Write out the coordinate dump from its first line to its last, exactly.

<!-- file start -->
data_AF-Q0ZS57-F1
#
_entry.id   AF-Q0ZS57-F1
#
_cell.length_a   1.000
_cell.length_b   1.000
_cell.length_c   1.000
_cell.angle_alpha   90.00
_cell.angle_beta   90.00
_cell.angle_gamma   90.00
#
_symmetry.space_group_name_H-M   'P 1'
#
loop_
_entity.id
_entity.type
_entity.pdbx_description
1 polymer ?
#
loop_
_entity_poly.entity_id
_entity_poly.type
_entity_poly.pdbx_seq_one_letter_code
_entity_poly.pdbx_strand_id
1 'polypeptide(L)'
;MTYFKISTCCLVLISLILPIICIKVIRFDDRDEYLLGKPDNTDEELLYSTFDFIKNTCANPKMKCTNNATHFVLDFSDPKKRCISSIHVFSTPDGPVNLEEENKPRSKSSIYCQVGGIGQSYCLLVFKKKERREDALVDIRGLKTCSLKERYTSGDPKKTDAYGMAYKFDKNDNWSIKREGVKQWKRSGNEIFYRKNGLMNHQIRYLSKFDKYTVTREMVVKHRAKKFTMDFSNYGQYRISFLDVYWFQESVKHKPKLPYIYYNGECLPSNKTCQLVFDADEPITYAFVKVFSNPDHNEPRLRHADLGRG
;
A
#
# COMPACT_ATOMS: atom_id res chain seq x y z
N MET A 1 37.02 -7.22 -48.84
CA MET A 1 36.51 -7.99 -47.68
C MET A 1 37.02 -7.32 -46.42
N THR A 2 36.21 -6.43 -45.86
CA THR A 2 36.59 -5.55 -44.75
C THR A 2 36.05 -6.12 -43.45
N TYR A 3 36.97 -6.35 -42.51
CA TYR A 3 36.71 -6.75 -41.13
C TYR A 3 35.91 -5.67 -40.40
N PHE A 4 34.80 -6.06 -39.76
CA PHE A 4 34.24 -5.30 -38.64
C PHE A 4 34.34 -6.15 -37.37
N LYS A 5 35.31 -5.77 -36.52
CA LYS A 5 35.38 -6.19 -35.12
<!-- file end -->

data_AF-Q0ZS57-F1
#
_entry.id   AF-Q0ZS57-F1
#
_cell.length_a   1.000
_cell.length_b   1.000
_cell.length_c   1.000
_cell.angle_alpha   90.00
_cell.angle_beta   90.00
_cell.angle_gamma   90.00
#
_symmetry.space_group_name_H-M   'P 1'
#
loop_
_entity.id
_entity.type
_entity.pdbx_description
1 polymer ?
#
loop_
_entity_poly.entity_id
_entity_poly.type
_entity_poly.pdbx_seq_one_letter_code
_entity_poly.pdbx_strand_id
1 'polypeptide(L)'
;MTYFKISTCCLVLISLILPIICIKVIRFDDRDEYLLGKPDNTDEELLYSTFDFIKNTCANPKMKCTNNATHFVLDFSDPKKRCISSIHVFSTPDGPVNLEEENKPRSKSSIYCQVGGIGQSYCLLVFKKKERREDALVDIRGLKTCSLKERYTSGDPKKTDAYGMAYKFDKNDNWSIKREGVKQWKRSGNEIFYRKNGLMNHQIRYLSKFDKYTVTREMVVKHRAKKFTMDFSNYGQYRISFLDVYWFQESVKHKPKLPYIYYNGECLPSNKTCQLVFDADEPITYAFVKVFSNPDHNEPRLRHADLGRG
;
A
#
# COMPACT_ATOMS: atom_id res chain seq x y z
N MET A 1 37.02 -7.22 -48.84
CA MET A 1 36.51 -7.99 -47.68
C MET A 1 37.02 -7.32 -46.42
N THR A 2 36.21 -6.43 -45.86
CA THR A 2 36.59 -5.55 -44.75
C THR A 2 36.05 -6.12 -43.45
N TYR A 3 36.97 -6.35 -42.51
CA TYR A 3 36.71 -6.75 -41.13
C TYR A 3 35.91 -5.67 -40.40
N PHE A 4 34.80 -6.06 -39.76
CA PHE A 4 34.24 -5.30 -38.64
C PHE A 4 34.34 -6.15 -37.37
N LYS A 5 35.31 -5.77 -36.52
CA LYS A 5 35.38 -6.19 -35.12